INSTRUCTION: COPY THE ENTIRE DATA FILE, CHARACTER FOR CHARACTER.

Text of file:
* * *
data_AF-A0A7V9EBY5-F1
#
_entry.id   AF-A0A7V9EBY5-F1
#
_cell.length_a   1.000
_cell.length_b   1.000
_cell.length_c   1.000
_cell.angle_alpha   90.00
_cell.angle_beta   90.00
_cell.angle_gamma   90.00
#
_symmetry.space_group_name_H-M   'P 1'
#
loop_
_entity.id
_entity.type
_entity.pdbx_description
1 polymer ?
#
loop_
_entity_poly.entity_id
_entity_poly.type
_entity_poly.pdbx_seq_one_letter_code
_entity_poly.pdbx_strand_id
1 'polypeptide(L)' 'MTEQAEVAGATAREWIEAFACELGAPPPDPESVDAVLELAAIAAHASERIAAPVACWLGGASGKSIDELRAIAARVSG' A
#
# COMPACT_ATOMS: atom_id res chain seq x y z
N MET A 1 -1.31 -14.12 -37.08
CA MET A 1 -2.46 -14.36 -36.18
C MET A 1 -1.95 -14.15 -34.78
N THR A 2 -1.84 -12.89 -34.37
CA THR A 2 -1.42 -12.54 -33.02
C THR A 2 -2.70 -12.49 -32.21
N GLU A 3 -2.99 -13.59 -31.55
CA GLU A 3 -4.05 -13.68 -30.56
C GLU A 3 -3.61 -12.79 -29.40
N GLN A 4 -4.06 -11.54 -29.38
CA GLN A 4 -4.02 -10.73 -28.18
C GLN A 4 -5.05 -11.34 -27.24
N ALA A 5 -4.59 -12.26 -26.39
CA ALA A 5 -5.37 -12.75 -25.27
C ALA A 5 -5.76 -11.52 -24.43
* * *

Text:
data_AF-A0A7V9EBY5-F1
#
_entry.id   AF-A0A7V9EBY5-F1
#
_cell.length_a   1.000
_cell.length_b   1.000
_cell.length_c   1.000
_cell.angle_alpha   90.00
_cell.angle_beta   90.00
_cell.angle_gamma   90.00
#
_symmetry.space_group_name_H-M   'P 1'
#
loop_
_entity.id
_entity.type
_entity.pdbx_description
1 polymer ?
#
loop_
_entity_poly.entity_id
_entity_poly.type
_entity_poly.pdbx_seq_one_letter_code
_entity_poly.pdbx_strand_id
1 'polypeptide(L)' 'MTEQAEVAGATAREWIEAFACELGAPPPDPESVDAVLELAAIAAHASERIAAPVACWLGGASGKSIDELRAIAARVSG' A
#
# COMPACT_ATOMS: atom_id res chain seq x y z
N MET A 1 -1.31 -14.12 -37.08
CA MET A 1 -2.46 -14.36 -36.18
C MET A 1 -1.95 -14.15 -34.78
N THR A 2 -1.84 -12.89 -34.37
CA THR A 2 -1.42 -12.54 -33.02
C THR A 2 -2.70 -12.49 -32.21
N GLU A 3 -2.99 -13.59 -31.55
CA GLU A 3 -4.05 -13.68 -30.56
C GLU A 3 -3.61 -12.79 -29.40
N GLN A 4 -4.06 -11.54 -29.38
CA GLN A 4 -4.02 -10.73 -28.18
C GLN A 4 -5.05 -11.34 -27.24
N ALA A 5 -4.59 -12.26 -26.39
CA ALA A 5 -5.37 -12.75 -25.27
C ALA A 5 -5.76 -11.52 -24.43